Outside the Porte de St. Mande, we found a train for Champigny that took us through the Bois de Vincennes. We passed acres of cattle pens. Thousands of cattle and thousands of bales of hay were in the Bois beyond the fort. If there were to be a siege, fresh milk and fresh meat had been provided for us by the military authorities.

At Champigny, scene of the celebrated battle in the war of Soixante-Dix and of the annual pilgrimage of Deroulède, we found the people just as uninteresting as they always are in these little towns on the outskirts of Greater Paris.

When we crossed the bridge toward the railway station, we stopped to speak to the octroi man. We asked him about the fighting, concerning which information had been so meager in Paris.

“Cannon heard here? Bien sûr, very plainly, and only fifteen kilometers away. But that was six days ago. You ought to have come out last Sunday afternoon. We were just full of Parisians then, and the rear guard posts of our army were only three kilometers away. They were n’t busy looking after the Germans, but after the Parisians. They had to turn them back to keep them from trying to walk out towards the battle. La-la, but that was a day ! Why did n’t you come then’? We were expecting the Uhlans to walk in any minute, and this bridge on which you are standing would have gone up in smoke at the first alarm. But now the Germans have been pushed back over the Marne. They have had their chance, and could n’t make a go of it. That I am sure of.”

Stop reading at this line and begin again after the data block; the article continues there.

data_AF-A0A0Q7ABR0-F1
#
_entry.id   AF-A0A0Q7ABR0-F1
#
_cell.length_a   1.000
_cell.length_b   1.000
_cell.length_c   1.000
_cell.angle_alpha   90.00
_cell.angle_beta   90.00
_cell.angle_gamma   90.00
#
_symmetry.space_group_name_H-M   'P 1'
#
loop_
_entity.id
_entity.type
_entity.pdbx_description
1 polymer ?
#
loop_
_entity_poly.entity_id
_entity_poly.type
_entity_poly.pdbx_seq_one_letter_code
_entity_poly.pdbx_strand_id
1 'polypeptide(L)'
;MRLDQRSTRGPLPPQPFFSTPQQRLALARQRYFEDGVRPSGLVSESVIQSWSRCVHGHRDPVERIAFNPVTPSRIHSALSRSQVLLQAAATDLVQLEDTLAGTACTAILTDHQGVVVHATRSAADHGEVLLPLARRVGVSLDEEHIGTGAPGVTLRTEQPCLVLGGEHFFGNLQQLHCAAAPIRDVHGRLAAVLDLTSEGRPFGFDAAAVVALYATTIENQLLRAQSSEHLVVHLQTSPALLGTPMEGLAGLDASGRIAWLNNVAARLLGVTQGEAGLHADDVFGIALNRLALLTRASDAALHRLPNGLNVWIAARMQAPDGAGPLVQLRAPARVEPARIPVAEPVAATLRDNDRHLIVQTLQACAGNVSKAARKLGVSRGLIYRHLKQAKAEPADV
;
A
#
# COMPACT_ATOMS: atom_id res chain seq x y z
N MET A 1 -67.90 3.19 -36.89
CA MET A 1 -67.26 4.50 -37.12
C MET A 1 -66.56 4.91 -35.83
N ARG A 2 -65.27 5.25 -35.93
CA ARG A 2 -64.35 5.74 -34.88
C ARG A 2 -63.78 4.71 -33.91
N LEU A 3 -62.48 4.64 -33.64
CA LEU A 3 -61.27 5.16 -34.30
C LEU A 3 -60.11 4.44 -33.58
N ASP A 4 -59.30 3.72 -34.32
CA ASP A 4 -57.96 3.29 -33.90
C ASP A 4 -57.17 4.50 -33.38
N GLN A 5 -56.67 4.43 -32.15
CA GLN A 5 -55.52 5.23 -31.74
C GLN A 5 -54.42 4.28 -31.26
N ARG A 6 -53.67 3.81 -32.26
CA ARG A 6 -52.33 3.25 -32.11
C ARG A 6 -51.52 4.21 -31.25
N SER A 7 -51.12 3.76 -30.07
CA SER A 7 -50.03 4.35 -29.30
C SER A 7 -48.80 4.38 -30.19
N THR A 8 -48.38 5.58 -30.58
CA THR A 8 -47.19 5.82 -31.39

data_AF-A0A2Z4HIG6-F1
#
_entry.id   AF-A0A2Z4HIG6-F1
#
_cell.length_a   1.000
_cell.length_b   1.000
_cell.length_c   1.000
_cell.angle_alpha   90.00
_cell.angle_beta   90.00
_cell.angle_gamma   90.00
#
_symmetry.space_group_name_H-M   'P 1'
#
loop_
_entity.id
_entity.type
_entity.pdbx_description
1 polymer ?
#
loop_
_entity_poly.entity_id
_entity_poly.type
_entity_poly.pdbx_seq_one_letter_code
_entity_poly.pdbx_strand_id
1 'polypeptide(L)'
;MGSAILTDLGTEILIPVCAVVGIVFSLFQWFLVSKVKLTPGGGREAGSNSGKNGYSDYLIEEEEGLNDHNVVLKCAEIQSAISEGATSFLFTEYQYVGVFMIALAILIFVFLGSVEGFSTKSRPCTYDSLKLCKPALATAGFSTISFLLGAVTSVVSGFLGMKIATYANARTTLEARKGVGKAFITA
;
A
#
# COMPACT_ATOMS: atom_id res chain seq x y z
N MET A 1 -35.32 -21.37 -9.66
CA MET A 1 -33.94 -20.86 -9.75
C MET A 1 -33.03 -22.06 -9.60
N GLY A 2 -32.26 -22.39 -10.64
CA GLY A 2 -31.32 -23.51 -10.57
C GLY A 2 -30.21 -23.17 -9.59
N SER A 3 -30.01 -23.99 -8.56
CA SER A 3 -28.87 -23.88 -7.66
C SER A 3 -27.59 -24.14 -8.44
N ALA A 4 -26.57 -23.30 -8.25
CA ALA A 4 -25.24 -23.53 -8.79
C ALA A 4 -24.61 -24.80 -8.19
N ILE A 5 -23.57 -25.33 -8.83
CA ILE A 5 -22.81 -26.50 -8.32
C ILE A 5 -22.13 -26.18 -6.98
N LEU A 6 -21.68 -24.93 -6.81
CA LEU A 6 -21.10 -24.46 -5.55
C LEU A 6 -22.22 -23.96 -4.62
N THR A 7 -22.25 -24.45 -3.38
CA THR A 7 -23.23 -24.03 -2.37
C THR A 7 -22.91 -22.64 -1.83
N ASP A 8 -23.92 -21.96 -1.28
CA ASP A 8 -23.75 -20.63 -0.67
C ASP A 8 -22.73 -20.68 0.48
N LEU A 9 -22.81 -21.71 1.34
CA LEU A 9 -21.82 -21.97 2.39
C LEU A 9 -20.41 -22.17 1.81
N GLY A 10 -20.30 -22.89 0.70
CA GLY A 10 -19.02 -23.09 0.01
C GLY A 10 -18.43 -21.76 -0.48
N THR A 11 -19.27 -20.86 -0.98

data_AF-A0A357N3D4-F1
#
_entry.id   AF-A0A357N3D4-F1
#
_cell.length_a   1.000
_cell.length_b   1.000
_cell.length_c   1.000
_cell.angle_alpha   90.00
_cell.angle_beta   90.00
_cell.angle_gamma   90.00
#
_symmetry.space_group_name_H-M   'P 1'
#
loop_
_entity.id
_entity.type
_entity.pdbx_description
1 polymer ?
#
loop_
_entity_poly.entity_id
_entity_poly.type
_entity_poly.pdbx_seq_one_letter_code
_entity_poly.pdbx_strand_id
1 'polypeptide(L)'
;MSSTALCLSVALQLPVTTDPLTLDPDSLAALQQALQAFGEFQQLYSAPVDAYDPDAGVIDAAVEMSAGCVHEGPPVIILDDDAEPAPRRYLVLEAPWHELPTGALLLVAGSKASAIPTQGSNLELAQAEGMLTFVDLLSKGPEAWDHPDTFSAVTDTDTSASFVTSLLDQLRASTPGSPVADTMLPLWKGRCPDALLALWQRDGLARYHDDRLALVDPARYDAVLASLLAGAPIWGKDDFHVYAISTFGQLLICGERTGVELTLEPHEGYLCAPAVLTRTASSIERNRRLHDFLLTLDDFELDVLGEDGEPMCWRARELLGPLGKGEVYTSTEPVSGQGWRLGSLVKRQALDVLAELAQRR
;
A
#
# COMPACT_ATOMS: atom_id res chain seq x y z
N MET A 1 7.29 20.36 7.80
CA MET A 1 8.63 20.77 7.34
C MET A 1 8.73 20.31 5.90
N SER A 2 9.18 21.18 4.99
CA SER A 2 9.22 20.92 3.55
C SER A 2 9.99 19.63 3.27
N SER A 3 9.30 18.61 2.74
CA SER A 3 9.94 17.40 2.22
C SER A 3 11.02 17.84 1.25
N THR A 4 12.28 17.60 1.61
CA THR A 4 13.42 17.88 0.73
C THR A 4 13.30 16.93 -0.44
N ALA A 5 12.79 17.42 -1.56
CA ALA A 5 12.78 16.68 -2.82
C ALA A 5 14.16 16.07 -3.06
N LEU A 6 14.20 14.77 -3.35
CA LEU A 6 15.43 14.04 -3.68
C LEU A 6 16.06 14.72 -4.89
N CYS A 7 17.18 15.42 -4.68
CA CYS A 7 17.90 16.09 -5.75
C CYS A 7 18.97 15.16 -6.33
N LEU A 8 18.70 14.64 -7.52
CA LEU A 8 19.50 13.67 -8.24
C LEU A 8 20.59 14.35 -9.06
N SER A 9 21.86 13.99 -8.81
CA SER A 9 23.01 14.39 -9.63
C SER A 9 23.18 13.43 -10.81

We felt that the octroi man was right. Every slight indication that had come to us through the communiqués during these days of tension pointed to a German reverse, to an irretrievable check.